Last week I connected to the Portuguese side of my ancestry. When there are major international competitions I have back-up choices. Italy is one of the temples of football (=soccer) and I dutifully did my bit of “tifo” for my host country, but local interest in the European Championship petered out when their team didn’t make it beyond the quarter-finals. So I cheered myself hoarse for Portugal – the ugly duckling underdog team that wasn’t expected to go anywhere – in front of TV in the final. It was pretty much of a plod, but they ended up taking the cup home – their first international win ever.
I loved the idea of the 10 million inhabitants of the small country having their little moment of happiness, specially as the national character doesn’t usually give in to excessive exuberance. Indeed, traditional Fado music is meant to define the Portuguese soul and it’s often melancholy and sad.
Later in the week, I’d been invited to a late evening concert billed as Fado, on the beautiful grounds of an ancient villa, and went with the expectation of mainly slow and wrenching notes. The setting was gorgeous, a small audience on chairs on the manicured lawn, and the tall surrounding trees partially lit with soft reddish light. The evening was cool after days of almost unbearable humid heat, and the singer, accompanied by a viola, a classic guitar and a bass guitar was a refreshing surprise too. Living in Italy accustoms one to the cult of the past in all its forms – whether art, opera or cuisine – , all traditions carved in ancient stone (literally), but the Portuguese seem to have a more pragmatic attitude towards the past, they blend their roots with the present and move ahead into the future with apparent ease.
The lovely singer did indeed look modern, and to my untrained ear, her music didn’t seem to be pure Fado, with many songs in a more popular vein. Yet her relaxed poise and movements had the elegance of the past. The rapt mixed audience of all ages joined in clapping where the rhythm called for it, and we managed to convince the artists to do an encore.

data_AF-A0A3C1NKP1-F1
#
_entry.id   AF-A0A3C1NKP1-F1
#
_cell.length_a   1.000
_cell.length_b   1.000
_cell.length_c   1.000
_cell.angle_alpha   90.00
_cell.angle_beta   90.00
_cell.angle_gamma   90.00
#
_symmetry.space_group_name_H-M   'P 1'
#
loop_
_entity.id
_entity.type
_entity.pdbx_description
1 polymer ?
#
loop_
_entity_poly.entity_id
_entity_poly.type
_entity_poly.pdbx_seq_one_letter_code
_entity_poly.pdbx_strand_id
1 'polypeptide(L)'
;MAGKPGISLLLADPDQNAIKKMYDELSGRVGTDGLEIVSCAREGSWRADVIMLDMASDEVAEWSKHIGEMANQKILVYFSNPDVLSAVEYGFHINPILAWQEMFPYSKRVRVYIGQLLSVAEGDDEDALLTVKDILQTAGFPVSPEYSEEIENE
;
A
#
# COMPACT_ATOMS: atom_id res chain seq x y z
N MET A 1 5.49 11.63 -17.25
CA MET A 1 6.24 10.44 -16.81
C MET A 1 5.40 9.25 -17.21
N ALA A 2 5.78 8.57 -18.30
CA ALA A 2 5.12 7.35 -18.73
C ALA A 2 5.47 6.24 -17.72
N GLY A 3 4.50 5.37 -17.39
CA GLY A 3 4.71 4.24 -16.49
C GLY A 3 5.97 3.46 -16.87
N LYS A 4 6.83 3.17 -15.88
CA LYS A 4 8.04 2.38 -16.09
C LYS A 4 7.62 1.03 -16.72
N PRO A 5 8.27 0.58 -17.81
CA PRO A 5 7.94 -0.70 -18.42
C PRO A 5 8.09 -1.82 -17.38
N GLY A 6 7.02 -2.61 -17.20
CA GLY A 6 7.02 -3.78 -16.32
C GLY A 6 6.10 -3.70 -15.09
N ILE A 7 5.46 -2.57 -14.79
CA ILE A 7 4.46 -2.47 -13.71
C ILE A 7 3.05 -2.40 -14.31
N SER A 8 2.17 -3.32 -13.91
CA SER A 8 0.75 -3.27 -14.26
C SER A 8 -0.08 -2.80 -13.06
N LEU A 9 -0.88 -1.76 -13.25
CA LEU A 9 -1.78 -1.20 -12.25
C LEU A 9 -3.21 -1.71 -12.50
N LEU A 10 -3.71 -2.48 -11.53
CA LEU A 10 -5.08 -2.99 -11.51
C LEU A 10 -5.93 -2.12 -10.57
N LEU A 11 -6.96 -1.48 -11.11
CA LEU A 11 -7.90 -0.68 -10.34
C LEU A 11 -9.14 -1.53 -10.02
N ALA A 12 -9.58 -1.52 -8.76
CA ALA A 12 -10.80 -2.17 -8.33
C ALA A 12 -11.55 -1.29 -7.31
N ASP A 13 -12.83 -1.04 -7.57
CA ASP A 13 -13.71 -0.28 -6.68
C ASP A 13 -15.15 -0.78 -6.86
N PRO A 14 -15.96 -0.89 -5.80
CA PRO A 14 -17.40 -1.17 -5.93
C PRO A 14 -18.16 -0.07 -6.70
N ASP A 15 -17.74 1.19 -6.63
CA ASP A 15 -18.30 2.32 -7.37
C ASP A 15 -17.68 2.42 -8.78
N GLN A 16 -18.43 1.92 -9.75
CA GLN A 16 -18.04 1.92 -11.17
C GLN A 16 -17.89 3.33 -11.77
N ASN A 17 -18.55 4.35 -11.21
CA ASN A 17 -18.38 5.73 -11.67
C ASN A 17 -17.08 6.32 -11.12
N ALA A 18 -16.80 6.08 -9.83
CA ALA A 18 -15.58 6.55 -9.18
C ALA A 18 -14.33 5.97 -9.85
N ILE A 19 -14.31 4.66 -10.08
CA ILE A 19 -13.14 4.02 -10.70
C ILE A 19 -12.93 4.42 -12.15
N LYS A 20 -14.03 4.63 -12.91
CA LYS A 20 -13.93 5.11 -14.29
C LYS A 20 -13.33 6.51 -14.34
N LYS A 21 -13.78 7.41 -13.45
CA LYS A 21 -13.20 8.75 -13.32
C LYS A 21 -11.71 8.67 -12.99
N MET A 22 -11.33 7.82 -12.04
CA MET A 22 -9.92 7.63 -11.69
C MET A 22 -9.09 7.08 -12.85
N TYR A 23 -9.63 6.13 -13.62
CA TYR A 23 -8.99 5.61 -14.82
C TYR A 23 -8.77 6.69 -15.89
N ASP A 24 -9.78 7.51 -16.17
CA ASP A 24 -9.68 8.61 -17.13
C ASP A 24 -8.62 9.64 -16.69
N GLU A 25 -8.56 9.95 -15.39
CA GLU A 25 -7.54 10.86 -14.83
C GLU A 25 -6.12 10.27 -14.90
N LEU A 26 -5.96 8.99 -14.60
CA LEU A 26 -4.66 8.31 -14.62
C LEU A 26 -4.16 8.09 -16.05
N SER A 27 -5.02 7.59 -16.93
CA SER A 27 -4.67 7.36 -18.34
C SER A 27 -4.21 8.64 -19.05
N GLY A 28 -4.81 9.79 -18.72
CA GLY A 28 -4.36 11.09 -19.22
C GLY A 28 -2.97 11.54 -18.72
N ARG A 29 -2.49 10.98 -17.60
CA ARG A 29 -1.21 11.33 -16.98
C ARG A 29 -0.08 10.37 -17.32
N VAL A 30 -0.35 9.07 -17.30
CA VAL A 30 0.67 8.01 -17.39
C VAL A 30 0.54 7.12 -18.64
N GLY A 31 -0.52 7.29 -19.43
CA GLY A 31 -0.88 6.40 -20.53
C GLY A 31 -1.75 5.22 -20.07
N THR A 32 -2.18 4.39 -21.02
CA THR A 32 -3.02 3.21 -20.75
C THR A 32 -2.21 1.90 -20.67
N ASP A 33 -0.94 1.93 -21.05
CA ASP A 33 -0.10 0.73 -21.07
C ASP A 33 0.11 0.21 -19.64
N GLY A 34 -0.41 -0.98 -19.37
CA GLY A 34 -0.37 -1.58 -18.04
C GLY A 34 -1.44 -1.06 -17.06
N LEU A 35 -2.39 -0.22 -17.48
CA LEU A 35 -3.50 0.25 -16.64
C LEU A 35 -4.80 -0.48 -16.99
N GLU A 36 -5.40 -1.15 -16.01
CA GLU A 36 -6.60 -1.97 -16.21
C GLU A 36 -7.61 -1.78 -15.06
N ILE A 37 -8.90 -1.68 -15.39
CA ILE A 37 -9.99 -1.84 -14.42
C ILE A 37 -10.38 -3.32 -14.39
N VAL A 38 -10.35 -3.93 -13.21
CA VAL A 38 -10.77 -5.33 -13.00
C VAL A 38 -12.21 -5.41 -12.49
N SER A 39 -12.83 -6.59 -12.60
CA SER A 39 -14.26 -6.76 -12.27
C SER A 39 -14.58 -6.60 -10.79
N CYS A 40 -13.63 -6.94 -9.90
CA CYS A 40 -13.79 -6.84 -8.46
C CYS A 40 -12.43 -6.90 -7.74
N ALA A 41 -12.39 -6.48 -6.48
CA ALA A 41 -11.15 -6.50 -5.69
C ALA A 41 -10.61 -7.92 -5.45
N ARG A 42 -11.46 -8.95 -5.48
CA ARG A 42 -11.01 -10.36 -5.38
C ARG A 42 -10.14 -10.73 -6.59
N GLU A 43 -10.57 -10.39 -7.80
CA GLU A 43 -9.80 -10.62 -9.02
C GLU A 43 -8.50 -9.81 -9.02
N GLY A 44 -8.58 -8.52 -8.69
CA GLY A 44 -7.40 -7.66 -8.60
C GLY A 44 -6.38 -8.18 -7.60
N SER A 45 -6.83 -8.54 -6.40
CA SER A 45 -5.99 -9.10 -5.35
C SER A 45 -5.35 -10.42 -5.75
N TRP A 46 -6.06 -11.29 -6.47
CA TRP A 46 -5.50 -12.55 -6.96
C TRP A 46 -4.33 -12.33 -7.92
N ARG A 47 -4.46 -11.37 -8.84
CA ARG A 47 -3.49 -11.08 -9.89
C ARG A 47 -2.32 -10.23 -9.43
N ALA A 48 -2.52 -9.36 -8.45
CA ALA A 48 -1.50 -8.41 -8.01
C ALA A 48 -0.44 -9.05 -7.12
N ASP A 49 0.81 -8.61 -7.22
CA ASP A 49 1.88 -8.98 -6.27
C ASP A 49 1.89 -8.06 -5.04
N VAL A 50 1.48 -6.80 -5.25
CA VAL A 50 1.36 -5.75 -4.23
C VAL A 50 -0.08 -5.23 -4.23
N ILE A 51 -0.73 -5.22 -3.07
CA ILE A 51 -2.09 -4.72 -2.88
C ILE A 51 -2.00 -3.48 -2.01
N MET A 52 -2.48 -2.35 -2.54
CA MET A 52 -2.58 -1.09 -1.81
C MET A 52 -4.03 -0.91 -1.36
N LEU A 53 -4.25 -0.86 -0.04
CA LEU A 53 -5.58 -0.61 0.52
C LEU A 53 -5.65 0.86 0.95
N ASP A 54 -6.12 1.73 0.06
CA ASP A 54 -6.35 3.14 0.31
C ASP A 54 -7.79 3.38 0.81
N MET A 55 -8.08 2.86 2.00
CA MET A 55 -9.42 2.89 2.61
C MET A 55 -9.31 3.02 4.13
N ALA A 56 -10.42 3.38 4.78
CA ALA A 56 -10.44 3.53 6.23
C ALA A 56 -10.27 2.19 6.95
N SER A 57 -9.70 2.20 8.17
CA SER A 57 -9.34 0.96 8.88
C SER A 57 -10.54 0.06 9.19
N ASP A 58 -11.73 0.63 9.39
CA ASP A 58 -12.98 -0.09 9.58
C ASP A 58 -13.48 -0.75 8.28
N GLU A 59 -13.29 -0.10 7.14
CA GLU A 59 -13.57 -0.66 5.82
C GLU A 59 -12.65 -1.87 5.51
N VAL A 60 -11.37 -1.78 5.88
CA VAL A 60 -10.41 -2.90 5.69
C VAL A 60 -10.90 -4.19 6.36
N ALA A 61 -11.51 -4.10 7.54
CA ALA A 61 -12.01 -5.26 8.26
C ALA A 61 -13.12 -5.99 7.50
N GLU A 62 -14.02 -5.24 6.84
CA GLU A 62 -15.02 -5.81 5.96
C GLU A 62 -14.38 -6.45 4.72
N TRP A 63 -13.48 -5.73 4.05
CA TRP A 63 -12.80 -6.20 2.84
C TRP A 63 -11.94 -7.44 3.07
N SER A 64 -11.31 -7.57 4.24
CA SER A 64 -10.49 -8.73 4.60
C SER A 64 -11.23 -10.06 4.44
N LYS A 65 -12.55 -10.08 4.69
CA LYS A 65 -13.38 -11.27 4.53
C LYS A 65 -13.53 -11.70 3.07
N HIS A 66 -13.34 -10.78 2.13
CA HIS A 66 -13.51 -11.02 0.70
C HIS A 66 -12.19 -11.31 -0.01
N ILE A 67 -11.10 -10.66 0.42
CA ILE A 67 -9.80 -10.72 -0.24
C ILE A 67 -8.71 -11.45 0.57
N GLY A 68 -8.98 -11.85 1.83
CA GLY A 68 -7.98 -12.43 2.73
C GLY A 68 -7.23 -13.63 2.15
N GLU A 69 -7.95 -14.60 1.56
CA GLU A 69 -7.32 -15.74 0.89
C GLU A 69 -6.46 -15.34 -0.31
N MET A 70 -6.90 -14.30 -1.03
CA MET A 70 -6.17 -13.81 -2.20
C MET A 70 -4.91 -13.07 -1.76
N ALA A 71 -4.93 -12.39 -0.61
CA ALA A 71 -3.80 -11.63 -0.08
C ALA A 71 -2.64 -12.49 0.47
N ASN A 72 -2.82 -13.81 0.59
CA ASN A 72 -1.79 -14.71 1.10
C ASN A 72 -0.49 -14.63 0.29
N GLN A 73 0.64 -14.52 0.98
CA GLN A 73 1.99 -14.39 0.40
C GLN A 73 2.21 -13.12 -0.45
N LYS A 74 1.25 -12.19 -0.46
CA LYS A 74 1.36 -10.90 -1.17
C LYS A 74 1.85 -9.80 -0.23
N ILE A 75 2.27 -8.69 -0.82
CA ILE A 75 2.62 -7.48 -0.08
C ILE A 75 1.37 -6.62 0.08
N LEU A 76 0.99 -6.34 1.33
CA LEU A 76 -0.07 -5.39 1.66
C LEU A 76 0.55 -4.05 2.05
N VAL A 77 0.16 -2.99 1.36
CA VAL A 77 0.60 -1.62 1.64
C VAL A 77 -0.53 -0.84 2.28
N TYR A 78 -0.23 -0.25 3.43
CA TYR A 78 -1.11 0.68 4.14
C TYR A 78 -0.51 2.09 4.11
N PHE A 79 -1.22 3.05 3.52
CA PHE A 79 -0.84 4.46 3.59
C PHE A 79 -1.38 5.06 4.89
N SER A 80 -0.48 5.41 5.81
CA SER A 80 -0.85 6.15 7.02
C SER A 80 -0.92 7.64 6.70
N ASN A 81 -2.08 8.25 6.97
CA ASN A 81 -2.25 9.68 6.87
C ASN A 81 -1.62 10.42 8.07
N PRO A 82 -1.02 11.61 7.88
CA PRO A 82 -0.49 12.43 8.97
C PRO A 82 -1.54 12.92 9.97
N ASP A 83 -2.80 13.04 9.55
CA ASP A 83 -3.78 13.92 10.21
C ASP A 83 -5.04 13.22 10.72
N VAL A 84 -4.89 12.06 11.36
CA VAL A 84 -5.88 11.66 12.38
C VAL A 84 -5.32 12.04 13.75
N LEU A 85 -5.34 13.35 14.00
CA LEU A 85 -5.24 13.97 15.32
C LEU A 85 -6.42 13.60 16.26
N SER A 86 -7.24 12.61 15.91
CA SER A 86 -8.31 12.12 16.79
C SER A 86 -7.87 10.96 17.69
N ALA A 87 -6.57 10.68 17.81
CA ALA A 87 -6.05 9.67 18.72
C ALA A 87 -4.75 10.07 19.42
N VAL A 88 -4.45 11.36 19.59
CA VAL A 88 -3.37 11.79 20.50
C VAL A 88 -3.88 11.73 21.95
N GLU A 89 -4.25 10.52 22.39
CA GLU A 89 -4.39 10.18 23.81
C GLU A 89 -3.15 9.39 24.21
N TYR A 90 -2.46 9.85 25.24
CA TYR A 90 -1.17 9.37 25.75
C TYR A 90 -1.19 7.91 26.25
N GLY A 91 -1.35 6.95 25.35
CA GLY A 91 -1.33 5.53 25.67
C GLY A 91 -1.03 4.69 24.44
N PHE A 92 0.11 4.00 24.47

After years of trying to feel the language to speak it better – it’s one of my weakest ones – I understood for the first time what my Portuguese relatives had always claimed. I finally caught the beauty of its clipped sounds, the purrs and staccato that her singing was setting off just as well, if not better, than the drawn-out lazy sounds of Brazilian Portuguese.
All the while, the world at large and all the horrific events of the past week were very much on my mental radar. I’ve walked down the Promenade des Anglais many a time. But to respond to all the insanity, we just have to stay at the helm and carry on with our lives to the best of our abilities and responsibilities.
And finally, an update on Rome itself: our only real immediate local problem is garbage disposal services gone awry, and frankly, as problems go, we’re really very lucky.
How are you dealing with normalcy in your lives?
Photos: Portuguese flag eu-registry.com/portugal; European Cup: en.wikipedia.org other photos ©http://14thcountry.com
Fado concert by Cuca Roseta, Rome July 14 2016 http://www.cucaroseta.com